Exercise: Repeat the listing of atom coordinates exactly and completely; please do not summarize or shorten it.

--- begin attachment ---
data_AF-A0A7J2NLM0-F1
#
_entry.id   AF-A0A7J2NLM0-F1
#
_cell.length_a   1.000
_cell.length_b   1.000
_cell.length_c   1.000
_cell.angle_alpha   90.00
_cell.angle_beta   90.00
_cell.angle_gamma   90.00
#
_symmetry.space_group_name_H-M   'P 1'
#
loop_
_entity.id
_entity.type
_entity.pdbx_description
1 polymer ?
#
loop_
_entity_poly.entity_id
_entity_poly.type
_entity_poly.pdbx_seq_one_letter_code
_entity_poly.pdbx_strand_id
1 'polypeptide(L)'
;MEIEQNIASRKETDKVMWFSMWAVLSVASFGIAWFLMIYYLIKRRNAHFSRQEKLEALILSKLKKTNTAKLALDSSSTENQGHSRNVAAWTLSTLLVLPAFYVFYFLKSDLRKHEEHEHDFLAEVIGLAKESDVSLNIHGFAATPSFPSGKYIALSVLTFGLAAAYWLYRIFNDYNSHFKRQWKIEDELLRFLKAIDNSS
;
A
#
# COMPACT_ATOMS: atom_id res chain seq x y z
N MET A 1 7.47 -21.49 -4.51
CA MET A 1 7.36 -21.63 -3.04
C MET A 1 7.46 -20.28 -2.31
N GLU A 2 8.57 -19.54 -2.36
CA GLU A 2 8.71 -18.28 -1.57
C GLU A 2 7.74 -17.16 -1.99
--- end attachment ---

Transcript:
data_AF-A0A7J2NLM0-F1
#
_entry.id   AF-A0A7J2NLM0-F1
#
_cell.length_a   1.000
_cell.length_b   1.000
_cell.length_c   1.000
_cell.angle_alpha   90.00
_cell.angle_beta   90.00
_cell.angle_gamma   90.00
#
_symmetry.space_group_name_H-M   'P 1'
#
loop_
_entity.id
_entity.type
_entity.pdbx_description
1 polymer ?
#
loop_
_entity_poly.entity_id
_entity_poly.type
_entity_poly.pdbx_seq_one_letter_code
_entity_poly.pdbx_strand_id
1 'polypeptide(L)'
;MEIEQNIASRKETDKVMWFSMWAVLSVASFGIAWFLMIYYLIKRRNAHFSRQEKLEALILSKLKKTNTAKLALDSSSTENQGHSRNVAAWTLSTLLVLPAFYVFYFLKSDLRKHEEHEHDFLAEVIGLAKESDVSLNIHGFAATPSFPSGKYIALSVLTFGLAAAYWLYRIFNDYNSHFKRQWKIEDELLRFLKAIDNSS
;
A
#
# COMPACT_ATOMS: atom_id res chain seq x y z
N MET A 1 7.47 -21.49 -4.51
CA MET A 1 7.36 -21.63 -3.04
C MET A 1 7.46 -20.28 -2.31
N GLU A 2 8.57 -19.54 -2.36
CA GLU A 2 8.71 -18.28 -1.57
C GLU A 2 7.74 -17.16 -1.99